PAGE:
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Sunday, February 14, 2010

300 Protest Disability Service Budget Cuts in Kansas

The Wichita Eagle
Jeff Tuttle/The Wichita EagleAldona and Pat Carney, of Wichita, with their son, Neil, on Friday (Feb. 12, 2010).

You can almost hear the weariness in their voices as Pat and Aldona Carney tell their story.

The youngest of their five children, 15-year-old Brian, has severe autism.

He also has pica, a medical disorder characterized by an appetite for inedible things. He has eaten insulation, charcoal briquettes and parts of mattresses.

Brian has tried to eat light bulbs. When he got a tooth caught while biting the carpet, he yanked the tooth out by its roots.

"He's a 24-7, one-on-one child," Aldona Carney said. "He's up at 3 in the morning a lot of times. Either Pat or I are up a little bit later, because he's tearing things up if we're not.

"We love him, he's ours. We want him in our house, but we also know we need help."

Because of state budget cuts, there is less help for the Carneys, others with disabled family members and Kansas' disabled citizens overall.

Friday, more than 300 people attended a rally at Exploration Place to tell their stories and help make the Legislature aware what losing disability services has meant.

"More than a generation ago the state saw the futility of state institutions," said Marla Flentje, who has a 34-year-old son with Down syndrome. "The state made a promise to help the disabled so they could be at home and work and play in the community."

That promise, she said, has been broken.

A 10 percent state budget cut has sliced $30 million from Medicaid for disability services, said Tom Laing, executive director of InterHab, a statewide resource center to support those with disabilities.

But state grants for the disabled have also been reduced drastically, cutting out funds for those who don't qualify for Medicaid.

Between Medicaid and grants, Sedgwick County alone has lost more than $3.4 million this year to help the disabled.

"When we go to the Legislature, they say, 'Money is tight, you need to be realistic,' " Laing said. "I say, 'Oh, you need to be realistic. These people's lives are vulnerable. There's no margin for the kind of error that budget cuts are creating. Have you met the people you're hurting?' "

For the Carneys, the cuts have meant losing 16 hours of respite care per month through Rainbows United, a Wichita nonprofit that serves children with special needs and their families.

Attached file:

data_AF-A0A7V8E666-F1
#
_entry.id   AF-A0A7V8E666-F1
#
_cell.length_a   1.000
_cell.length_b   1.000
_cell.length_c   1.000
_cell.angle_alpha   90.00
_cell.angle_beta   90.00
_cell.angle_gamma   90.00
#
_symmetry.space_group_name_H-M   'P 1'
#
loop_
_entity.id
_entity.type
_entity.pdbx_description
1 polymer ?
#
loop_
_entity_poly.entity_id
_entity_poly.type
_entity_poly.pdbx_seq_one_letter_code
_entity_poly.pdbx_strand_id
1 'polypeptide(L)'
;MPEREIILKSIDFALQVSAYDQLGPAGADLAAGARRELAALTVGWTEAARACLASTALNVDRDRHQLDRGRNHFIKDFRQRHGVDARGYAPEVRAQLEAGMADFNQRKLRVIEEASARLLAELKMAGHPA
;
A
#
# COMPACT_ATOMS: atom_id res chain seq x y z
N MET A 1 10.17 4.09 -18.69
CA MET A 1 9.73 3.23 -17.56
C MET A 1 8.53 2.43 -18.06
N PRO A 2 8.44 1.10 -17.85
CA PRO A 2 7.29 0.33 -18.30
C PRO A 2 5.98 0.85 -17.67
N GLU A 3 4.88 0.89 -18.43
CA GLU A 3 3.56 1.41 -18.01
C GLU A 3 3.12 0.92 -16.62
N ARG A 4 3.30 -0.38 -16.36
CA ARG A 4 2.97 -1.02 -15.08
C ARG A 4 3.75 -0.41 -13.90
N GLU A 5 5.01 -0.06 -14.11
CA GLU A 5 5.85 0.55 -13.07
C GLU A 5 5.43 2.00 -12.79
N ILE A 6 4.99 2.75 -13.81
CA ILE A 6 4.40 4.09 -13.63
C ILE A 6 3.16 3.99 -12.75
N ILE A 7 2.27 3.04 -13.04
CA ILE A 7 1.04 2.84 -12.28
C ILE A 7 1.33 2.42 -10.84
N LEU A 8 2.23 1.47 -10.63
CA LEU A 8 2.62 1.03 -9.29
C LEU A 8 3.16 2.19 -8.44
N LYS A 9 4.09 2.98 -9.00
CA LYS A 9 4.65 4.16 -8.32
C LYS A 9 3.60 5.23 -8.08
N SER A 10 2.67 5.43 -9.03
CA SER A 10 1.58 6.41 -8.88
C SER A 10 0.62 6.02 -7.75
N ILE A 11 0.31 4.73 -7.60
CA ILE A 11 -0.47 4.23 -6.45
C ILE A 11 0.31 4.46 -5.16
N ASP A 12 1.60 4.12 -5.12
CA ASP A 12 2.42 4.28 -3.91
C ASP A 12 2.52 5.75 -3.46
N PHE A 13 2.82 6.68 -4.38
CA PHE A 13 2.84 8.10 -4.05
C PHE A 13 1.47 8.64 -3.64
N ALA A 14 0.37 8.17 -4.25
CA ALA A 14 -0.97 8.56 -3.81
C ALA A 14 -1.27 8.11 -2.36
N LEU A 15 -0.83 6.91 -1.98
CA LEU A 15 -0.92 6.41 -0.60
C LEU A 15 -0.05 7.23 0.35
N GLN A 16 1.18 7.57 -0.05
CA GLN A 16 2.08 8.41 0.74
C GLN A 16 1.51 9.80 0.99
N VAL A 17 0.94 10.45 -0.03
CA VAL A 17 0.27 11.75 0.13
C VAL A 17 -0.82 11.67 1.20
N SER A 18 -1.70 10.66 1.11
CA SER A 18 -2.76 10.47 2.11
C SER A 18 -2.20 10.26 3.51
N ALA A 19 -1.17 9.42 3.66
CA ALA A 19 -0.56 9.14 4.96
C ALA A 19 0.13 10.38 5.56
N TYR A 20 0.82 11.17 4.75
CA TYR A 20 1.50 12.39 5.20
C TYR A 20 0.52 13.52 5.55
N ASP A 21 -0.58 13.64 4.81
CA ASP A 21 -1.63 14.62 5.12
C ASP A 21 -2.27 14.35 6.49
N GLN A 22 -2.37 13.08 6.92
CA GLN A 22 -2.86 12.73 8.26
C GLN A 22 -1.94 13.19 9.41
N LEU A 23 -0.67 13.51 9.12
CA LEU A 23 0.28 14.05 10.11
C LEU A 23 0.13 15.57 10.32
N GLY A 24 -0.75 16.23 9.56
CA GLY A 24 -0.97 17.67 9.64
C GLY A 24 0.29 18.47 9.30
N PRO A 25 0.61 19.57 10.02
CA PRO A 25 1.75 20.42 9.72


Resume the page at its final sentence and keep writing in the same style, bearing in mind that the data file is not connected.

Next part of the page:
That leaves the Carneys with only 40 hours each month. Not enough, they say, for a family with a child that demands as much care as Brian.

Pat Carney attributes his wife's migraines to the stress of caring for Brian.

Brian attends Levy Special Education Center. But when school isn't in session, someone has to be with him at home.

Aldona Carney used to teach school, then switched to substituting so she could be with Brian more. But she recently had to eliminate that job."I literally couldn't get in the shower in the morning," she said, "because I had to watch him. He can be very destructive."
Courtney Carpenter's 6-year-old son, Devin, is a kindergartner at Benton Elementary with a loving smile.

Devin has a rare chromosomal disorder known as Trisomy 22. He's been blind and deaf since birth and has developmental issues.

So far Carpenter hasn't lost any of the respite hours she uses with Rainbows.

"I'm just praying that it doesn't happen," she said. "That's my biggest fear. I don't know what I would do then."

In fiscal year 2009, Sedgwick County received $2.4 million in state grants for the disabled. It will be $382,000 in 2010, said Chad VonAhnen, director of the Sedgwick County Developmental Disability Organization.

That means Marc Lyon, 45, no longer has a job through Starkey Inc., which serves people with developmental disabilities.

"He's just lost now that he's home with me," said Betty Lyon, Marc's 80-year-old mother. "He asks me every day when he can go back to work."

Marc was born with brain damage and had worked at jobs through Starkey — such as cleaning shelves at Dillons — for 20 years. But his grant money was eliminated Jan. 1, and so was his job.

Because he doesn't have overwhelming health or behavioral issues, he's not eligible for Medicaid.With the grant money gone, so is his safety net.

Betty Lyon called Sen. Les Donovan, R-Wichita, who in turn called Jamie Opat, Starkey's communications director.

"He wanted to see if we could get him back in at Starkey," Opat said. "This is the real face of state budget cuts. I think it was an a-ha moment for him.

"There's no easy fix just to get somebody back in."

Agencies that serve the disabled are trying to be creative, such as increasing the size of group homes. That works against the original purpose of eliminating institutions so people with disabilities would be in smaller settings.

Those at Friday's rally plan to contact their legislators about restoring funds, send them videos with their stories and travel to Topeka to deliver their messages.

"We have to be Brian's voice," Aldona Carney said. "We all have to be the voices for those who can't speak up."

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